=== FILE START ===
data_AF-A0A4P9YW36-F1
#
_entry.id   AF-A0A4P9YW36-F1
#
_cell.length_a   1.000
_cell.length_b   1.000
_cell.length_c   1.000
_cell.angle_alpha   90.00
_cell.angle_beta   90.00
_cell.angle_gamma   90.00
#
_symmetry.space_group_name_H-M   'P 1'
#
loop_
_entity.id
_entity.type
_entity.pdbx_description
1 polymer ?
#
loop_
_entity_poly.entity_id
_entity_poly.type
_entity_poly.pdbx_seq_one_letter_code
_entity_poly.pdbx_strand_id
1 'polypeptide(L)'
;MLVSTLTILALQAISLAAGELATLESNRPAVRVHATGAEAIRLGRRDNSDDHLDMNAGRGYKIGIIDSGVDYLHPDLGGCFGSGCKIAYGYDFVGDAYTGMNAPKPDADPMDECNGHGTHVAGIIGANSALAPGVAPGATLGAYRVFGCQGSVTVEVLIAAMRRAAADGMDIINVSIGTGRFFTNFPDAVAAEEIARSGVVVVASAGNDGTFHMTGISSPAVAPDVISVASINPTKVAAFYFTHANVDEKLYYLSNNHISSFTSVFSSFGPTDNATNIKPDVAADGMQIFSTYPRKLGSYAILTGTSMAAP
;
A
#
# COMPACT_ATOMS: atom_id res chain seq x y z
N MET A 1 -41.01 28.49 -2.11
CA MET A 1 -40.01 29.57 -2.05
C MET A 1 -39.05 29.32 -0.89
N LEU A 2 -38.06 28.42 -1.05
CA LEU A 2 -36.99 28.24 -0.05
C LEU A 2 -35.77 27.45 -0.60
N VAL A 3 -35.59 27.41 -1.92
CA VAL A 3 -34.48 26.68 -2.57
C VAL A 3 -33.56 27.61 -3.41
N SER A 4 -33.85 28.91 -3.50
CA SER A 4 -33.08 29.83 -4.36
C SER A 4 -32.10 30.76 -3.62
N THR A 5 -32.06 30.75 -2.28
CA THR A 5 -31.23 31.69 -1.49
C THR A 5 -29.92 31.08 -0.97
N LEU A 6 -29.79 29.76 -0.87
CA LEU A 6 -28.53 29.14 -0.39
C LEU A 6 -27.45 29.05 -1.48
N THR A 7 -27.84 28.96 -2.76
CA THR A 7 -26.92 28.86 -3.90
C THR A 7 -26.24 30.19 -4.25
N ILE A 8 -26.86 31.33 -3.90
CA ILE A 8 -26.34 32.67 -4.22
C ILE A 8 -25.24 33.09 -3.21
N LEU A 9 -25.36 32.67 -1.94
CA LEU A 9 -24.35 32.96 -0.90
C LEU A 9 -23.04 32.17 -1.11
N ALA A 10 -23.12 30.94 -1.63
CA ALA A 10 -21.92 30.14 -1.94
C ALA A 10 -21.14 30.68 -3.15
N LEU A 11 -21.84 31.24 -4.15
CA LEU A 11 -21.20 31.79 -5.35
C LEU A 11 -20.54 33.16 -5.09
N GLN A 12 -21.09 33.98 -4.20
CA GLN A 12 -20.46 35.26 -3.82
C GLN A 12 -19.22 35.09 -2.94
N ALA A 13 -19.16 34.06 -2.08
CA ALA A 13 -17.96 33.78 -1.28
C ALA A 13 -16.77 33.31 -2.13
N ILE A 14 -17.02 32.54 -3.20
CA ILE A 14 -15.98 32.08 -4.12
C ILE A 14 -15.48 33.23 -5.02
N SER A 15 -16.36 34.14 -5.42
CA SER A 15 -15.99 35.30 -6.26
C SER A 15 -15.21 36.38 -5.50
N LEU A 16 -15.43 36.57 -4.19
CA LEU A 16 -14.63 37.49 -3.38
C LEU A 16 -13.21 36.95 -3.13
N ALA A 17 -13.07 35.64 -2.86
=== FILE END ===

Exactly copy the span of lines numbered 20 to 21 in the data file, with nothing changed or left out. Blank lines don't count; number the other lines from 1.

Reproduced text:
loop_
_entity_poly.entity_id